Ian Hughes blogs on International Women’s Day
The best judge of whether or not a country is going to develop is how it treats its women …
Travelling around Sierra Leone I am constantly impressed by the lively, intelligent and capable women that I meet. So it surprises me that so few of them contribute to the development of their communities, their regions, and their country. I’m glad that things are improving, and I hope that in our small way I and my team are helping things along. (Photo: Ian Hughes, British High Commissioner to Sierra Leone)
Sierra Leone isn’t the only place that needs to make better use of an underemployed 50% of its own population. Although some progress has been made across all continents, women across the world continue to be held back. We all need to do better. So I welcome Women’s Day, which fell on 8th March 2012. As a ‘global day to celebrate the economic, political and social achievements of women past, present and future’ it focuses attention on what women can and should contribute to the world we all share.
“If it’s educating its girls, if women have equal rights, that country is going to move forward. But if women are oppressed and abused and illiterate, then they’re going to fall behind.” – Barack Obama
The UK takes an active international role to protect and promote women’s rights. In Sierra Leone, we work with the UN and EU and Government of Sierra Leone reduce all forms of discrimination against women. This work is guided by the UN Convention on the Elimination of all forms of Discrimination Against Women (CEDAW). To mark International Women’s Day my Deputy High Commissioner spoke at the showcasing a film designed to inspire young women to go to school and to show that educated, working and financially independent women are a benefit to family and the community.
In Sierra Leone, particularly in rural communities, many women still face barriers to education, spending their time farming and helping around the home instead of in schools. This reduces their potential in other sectors, binding them to their villages and preventing many from full participation in political and economic life.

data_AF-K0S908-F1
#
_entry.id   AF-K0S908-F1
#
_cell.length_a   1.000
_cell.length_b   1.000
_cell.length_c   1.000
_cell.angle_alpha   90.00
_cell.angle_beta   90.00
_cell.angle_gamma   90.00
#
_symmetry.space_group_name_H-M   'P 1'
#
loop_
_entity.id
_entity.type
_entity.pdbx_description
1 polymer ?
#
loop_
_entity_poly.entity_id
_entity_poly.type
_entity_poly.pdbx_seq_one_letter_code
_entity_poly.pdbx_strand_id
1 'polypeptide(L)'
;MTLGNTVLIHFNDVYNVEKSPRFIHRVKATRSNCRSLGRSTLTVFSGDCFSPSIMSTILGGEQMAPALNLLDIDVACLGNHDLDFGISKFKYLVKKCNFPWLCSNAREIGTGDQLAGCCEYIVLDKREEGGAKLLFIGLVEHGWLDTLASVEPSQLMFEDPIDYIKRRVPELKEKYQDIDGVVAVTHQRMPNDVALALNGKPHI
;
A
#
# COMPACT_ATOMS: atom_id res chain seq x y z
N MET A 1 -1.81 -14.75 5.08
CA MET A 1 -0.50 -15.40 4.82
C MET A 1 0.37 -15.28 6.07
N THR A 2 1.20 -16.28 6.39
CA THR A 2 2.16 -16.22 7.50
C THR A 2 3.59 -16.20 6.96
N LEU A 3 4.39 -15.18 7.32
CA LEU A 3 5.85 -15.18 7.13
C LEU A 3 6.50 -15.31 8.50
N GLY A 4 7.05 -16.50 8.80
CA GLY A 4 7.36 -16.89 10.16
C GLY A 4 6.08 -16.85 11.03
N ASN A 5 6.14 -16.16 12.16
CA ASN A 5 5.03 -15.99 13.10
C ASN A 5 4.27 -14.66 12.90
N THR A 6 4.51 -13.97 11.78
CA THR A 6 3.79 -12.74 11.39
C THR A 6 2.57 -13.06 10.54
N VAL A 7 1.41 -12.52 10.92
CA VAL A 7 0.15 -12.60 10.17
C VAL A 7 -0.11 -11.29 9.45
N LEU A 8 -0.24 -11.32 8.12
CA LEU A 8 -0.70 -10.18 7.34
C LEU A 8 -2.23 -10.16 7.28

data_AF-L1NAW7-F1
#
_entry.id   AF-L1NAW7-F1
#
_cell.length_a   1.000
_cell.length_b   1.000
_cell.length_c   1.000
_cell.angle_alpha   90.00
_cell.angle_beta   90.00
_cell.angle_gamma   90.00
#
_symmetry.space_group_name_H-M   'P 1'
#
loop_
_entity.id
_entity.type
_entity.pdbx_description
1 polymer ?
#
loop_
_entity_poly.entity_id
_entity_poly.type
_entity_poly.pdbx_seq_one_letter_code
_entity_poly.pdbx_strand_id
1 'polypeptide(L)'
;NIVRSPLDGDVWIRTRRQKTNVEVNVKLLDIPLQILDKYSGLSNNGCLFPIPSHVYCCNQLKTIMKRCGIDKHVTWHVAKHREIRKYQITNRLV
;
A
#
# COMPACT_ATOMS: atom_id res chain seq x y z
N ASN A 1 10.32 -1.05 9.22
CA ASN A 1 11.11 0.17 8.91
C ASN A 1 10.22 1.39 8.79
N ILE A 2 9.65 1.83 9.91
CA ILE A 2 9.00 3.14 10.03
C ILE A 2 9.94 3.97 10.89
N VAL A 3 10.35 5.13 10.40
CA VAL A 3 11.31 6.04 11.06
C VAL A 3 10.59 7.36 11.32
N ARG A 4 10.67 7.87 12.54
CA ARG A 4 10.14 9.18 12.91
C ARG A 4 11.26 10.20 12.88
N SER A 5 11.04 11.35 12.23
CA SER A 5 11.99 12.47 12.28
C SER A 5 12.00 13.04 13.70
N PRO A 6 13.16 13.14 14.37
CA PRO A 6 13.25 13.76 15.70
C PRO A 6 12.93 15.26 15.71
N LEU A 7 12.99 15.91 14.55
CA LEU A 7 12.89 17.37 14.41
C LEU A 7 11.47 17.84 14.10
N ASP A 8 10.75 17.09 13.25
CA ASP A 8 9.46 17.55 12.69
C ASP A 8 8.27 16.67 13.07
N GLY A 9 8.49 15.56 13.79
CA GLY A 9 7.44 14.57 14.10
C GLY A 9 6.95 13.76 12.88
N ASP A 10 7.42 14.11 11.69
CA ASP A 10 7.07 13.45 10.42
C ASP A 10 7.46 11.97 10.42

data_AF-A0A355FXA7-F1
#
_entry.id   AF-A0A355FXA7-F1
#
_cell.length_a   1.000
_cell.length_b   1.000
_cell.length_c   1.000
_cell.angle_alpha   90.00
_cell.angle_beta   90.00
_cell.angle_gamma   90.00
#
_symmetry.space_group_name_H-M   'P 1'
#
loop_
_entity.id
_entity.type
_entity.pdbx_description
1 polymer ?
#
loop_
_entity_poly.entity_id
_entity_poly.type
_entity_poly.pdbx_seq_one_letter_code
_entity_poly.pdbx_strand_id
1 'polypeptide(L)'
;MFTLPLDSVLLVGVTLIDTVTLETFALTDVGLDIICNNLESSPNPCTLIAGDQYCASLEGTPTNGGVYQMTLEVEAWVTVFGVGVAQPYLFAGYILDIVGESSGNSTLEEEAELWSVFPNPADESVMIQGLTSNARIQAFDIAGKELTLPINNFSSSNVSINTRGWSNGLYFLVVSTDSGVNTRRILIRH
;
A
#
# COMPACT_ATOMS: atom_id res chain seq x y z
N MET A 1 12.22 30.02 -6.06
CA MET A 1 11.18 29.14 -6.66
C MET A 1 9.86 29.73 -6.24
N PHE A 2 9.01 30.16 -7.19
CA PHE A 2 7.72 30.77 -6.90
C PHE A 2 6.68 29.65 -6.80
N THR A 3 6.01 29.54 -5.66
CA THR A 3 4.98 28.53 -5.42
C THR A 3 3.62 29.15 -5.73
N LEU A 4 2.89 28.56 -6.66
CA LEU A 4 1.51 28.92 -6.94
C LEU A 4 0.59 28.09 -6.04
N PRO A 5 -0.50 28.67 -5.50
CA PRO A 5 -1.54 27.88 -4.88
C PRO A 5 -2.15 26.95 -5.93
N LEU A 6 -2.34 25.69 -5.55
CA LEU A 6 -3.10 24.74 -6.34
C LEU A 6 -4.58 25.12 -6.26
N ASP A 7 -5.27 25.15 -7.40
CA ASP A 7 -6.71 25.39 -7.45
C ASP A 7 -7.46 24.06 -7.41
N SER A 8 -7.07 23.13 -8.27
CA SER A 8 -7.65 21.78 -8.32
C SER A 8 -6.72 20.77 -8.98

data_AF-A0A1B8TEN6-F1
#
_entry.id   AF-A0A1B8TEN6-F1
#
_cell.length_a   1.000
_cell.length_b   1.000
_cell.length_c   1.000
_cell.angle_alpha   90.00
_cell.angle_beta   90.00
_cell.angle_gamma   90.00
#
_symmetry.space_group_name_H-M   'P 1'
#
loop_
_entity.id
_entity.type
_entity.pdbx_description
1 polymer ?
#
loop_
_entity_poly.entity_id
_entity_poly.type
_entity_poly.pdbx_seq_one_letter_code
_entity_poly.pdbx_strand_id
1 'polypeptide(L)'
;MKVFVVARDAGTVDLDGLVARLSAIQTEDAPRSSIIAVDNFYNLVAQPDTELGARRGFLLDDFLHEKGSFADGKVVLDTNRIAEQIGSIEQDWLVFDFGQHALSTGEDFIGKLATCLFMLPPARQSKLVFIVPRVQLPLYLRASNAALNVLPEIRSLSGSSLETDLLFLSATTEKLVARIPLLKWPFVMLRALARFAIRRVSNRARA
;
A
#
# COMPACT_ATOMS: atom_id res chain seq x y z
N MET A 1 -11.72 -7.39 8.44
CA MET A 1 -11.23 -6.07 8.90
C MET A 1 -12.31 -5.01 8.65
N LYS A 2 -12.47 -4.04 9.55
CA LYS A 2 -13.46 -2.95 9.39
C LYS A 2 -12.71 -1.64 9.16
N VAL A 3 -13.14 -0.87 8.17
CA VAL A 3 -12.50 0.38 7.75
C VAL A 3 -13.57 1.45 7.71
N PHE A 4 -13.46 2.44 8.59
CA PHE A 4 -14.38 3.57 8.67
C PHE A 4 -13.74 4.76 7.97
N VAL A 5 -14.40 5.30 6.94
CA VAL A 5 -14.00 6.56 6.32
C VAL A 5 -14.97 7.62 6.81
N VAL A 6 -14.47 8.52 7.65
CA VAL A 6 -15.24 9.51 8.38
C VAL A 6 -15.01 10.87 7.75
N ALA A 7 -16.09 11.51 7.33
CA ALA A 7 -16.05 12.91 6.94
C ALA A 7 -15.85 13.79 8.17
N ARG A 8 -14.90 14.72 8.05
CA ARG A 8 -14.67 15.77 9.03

The Government, through the UN Universal Periodic Review Process, pledged to address the cultural and historical barriers holding women back and committed to educating women to at least primary level. In addition, the ambitious free maternal healthcare programme, supported by DFID, promises to save the lives of thousands of women and children throughout the country.
Women and girls should have the power to shape their lives and control the decisions that affect them. Access to education for all is at the heart of achieving this. This is a key aim of the 50/50 women’s group of Sierra Leone for whom I recently hosted a successful awareness raising event. The undertaking to secure women’s involvement in politics with 30% representation is bearing fruit, I regularly meet with female Ministers and I hope to see an increase in women MPs following the November elections.
We also need to ensure that women with the drive succeed have every chance to do so. We are working with AdvocAid to strengthen laws enshrining women’s rights are and where they do not exist, they are put in place and implemented. This project has provided professional assistance for women facing legal difficulties, helped secure the release of women facing the death penalty and helped reintegrate women who served their sentences.
But empowering women cannot be brought about by Government alone. It takes commitment and desire of ordinary citizens to bring about a shift in attitudes to the education of girls and the role of women in family, business and political life.
It is a change we are seeing taking place in Sierra Leone and my question to you is what should Sierra Leone do better, and how can we help?
Ian Hughes, British High Commissioner to Sierra Leone
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